Oh, what the hell. Dig one level further into Woolf's childhood, then go out on a limb and predict that all of her adult friends would be similarly rarified, and that they would meet regularly to discuss serious abstract matters with a minimum of gaiety and frivolity. It is not known whether Woolf ever spoke to any unrelated children at any time in her life, but it is doubtful that she would have been able to relate to them, or they to her.


Tilda Swinton does a full-frontal nude scene. Halfway through the movie, halfway through her life, she stops being a man and wakes up a woman. That morning, she studies her naked self in the mirror.

In short, her childhood prepared her for a life as a major nutcase. A brilliant nutcase, to be sure, but a nutcase nonetheless. I suppose some with a more deterministic view would say her childhood MADE her a major nutcase. Frankly, I don't know enough about psychology to comment. I do know that her life turned out pretty much the way you might have expected if you had met her as a little girl. Although she was married to a man, she was sexually interested in women. Her Orlando character, upon which this movie is based, was based on her female lover. In fact, the book was illustrated with pictures of that very lover, Vita Sackville-West, dressed as Orlando. Woolf felt that the most interesting people were essentially androgynous, or perhaps hermaphroditic. She wrote, "Perhaps a mind that is purely masculine cannot create, any more than a mind that is purely feminine...".

I don't know if there is any such thing as a purely masculine mind in the first place, but I suppose Hemingway was about as far as a person can go in that direction, and he seemed to create quite well. Ditto Tolstoy, and Shakespeare.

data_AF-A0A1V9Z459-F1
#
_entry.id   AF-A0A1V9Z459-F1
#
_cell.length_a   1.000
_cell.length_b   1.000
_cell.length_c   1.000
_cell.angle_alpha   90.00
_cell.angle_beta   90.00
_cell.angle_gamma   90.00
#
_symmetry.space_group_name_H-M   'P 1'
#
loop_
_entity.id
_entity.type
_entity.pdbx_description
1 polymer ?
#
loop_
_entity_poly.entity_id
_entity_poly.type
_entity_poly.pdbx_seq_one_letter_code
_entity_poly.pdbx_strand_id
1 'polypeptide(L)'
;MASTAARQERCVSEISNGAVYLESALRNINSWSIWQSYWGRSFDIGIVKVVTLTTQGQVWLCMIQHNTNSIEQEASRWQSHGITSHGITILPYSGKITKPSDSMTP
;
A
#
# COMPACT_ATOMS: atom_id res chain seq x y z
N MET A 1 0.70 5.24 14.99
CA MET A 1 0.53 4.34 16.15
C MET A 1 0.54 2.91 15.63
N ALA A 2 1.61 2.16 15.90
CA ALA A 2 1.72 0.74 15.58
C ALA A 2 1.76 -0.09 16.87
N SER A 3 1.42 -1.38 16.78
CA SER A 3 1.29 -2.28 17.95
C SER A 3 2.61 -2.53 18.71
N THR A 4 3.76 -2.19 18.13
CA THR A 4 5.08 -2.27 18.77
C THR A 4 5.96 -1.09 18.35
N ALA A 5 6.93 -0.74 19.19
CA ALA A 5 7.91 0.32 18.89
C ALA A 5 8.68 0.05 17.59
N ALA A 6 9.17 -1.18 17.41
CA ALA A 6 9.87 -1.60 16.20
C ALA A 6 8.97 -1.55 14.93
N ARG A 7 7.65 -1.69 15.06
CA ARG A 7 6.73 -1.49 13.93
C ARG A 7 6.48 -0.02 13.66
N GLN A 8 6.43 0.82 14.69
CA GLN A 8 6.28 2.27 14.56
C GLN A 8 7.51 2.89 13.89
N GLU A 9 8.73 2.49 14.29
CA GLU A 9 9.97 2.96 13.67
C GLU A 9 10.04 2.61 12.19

Well, what can you say? She was nuts.

At any rate, Woolf's mental condition deteriorated until she was finally overcome by the imaginary voices in her head, and she committed suicide by weighing down her pockets with stones, then walking into the Ouse River in Sussex.

This particular story, Orlando, traces the destiny of an androgynous protagonist who begins with a male identity in the Elizabethan court, and finishes with a female identity in the present day. There is really no attempt to explain how Orlando could live forever, other than to note that Queen Elizabeth told him he could have a grand estate as long as he stayed young and beautiful forever, so he did. There is no real explanation of how Orlando mutated one morning into a woman. The eternal life and the metamorphosis are simply "givens" in the book's equation. Woolf uses that starting point to deal with the changing roles of gender and class within English society over time.

DVD info from Amazon

  • Widescreen anamorphic 1.85:1

  • no meaningful features